Kerry began his own practice, Lavelle Legal Services, in 1989, focusing primarily on matters of tax law. Today the firm, now known as Lavelle Law, Ltd., has grown to include 22 attorneys with practice groups in tax, business law, commercial real estate, estate planning, criminal law, home health care, small business, gaming law, bankruptcy, corporate formation, family law, litigation, grocery law, employment law, residential real estate, securities, and LGBT law. He is the author of The Business Guide to Law: Creating and Operating a Successful Law Firm, published by the Division. In 2016, Kerry was designated a Top 100 Attorney in Illinois by Super Lawyers. In 2015, his firm was one of 13 law firms nationally to receive the Beacon of Justice Award for pro bono service from the National Legal Aid & Defender Association (NLADA).

Tony Clayton:

Tony is the managing partner of Clayton, Fruge & Ward. He graduated from Southern University’s Law Center in 1991 and was admitted to the Louisiana State Bar that same year. While establishing his private practice, Tony has had the privilege of also being involved in other areas of the legal profession, including District Court Judge for the Louisiana Supreme Court and Special Prosecutor for East Baton Rouge Parish.

Moderator / Panelist, Nick Rishwain:

I am the Vice President of Client Relations & Business Development for Experts.com, an online marketing platform for expert witnesses and consultants. In my free time, I am quite active in social media. In 2015, I founded and co-host a live video vlog, LegalTechLIVE, which advocates for and highlights the advancements in the legal technology sector. Additionally, I co-host SocialChatter, a live, weekly, social media news show.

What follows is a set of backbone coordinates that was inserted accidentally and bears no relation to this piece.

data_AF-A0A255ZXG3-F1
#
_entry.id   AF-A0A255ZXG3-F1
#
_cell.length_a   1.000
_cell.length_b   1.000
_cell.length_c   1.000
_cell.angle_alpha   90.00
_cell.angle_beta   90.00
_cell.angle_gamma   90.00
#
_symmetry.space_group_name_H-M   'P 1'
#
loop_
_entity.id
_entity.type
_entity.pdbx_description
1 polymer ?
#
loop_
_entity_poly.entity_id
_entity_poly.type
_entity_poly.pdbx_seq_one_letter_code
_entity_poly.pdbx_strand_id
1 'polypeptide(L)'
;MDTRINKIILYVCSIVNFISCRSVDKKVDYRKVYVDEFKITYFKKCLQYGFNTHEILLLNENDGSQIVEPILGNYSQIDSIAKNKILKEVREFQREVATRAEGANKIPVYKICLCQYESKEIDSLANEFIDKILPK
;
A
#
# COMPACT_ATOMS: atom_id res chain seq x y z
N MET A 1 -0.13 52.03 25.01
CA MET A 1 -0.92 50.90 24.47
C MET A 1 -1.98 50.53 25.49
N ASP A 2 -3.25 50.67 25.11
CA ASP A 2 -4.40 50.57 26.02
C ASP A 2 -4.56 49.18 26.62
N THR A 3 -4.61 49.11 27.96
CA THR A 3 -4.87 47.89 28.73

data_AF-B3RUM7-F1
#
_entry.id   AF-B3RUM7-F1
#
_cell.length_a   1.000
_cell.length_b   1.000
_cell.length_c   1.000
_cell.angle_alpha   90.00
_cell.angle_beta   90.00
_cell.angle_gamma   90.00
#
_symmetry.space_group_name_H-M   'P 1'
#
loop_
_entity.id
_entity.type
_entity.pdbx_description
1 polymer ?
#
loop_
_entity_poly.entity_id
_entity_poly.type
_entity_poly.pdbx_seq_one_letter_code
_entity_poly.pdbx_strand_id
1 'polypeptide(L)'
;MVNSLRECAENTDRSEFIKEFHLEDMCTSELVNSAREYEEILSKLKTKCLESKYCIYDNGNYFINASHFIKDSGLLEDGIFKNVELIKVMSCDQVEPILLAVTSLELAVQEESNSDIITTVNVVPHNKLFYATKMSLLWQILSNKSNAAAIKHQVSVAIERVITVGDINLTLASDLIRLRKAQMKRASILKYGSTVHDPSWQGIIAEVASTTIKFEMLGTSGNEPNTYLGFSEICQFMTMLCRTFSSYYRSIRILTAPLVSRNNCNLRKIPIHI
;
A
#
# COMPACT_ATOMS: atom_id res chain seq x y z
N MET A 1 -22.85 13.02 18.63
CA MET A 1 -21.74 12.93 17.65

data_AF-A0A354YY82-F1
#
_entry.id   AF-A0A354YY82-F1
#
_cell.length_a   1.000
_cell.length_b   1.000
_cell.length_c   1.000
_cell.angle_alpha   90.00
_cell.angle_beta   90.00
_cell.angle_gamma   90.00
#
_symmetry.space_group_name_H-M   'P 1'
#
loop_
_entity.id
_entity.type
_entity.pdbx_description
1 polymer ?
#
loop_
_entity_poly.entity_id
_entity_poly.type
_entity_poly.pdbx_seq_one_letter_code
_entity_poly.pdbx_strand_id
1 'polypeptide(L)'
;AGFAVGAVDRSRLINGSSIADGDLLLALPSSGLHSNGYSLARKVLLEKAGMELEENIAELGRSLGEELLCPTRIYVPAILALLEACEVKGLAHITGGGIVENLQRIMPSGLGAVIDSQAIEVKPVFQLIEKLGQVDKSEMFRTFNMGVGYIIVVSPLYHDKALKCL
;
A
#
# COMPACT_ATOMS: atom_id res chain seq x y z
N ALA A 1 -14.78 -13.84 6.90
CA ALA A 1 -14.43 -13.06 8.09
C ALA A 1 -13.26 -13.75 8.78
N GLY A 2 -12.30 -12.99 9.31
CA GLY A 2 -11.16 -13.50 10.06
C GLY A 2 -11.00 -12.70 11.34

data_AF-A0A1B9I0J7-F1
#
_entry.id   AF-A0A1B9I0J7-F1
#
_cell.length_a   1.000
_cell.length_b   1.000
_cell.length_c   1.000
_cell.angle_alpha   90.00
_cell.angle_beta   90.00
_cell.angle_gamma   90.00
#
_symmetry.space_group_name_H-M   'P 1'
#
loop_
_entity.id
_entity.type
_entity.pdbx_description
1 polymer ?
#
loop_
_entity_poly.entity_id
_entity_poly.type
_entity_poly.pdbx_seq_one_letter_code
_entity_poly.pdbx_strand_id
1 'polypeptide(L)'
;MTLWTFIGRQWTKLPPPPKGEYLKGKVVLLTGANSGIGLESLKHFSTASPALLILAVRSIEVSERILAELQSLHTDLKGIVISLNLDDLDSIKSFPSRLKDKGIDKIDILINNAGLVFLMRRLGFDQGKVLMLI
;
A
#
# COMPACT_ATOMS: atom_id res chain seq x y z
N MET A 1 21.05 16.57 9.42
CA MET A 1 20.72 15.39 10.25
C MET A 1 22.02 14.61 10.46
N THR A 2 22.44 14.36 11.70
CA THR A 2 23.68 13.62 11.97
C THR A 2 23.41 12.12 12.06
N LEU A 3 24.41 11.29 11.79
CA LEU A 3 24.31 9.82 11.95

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LegalTech and Access to Justice: Panel at The ABA GPSolo/GLSA Spring Meeting

As 2017 comes to an end, I am looking at what we accomplished this year and what is on our “to do a list” for 2018. There is one item I’m very excited about. I’ll be moderating a panel at the ABA-GPSolo/GLSA 2018 Joint Spring Meeting (April 25-28, 2018) in New Orleans. This is the GLSA’s (Group Legal Services Association) annual educational conference.

Legal Technology:

The panel is covering the topics of legal technology (legaltech) and access to justice. Many may wonder why I’m excited about this. If you are not in the legal or legaltech business, I understand the topic may seem dry. I’ve been working in legaltech for nearly 8 years at Experts.com and one of my hobbies includes vlogging about legal technology. I am deeply passionate about the impact of technology on the practice of law and delivery of legal services. In essence, I get to host a panel on a topic that fascinates me.

There are a lot of exciting advancements taking place in legaltech. You may have heard about topics such as artificial intelligence, blockchain, and chatbots. These subjects have been dominating legal news for the last couple of years. The innovations are very cool, at least to an admitted nerd like myself. However, our panel will not be taking a deep dive into these legaltech topics. A friend and colleague, Tom Martin of LawDroid will be at the conference and he’ll be discussing running his practice virtually while vacationing in Europe. I highly recommend chatting with Tom about chatbots and how they can help to run a lean, efficient practice as well as improve access to justice.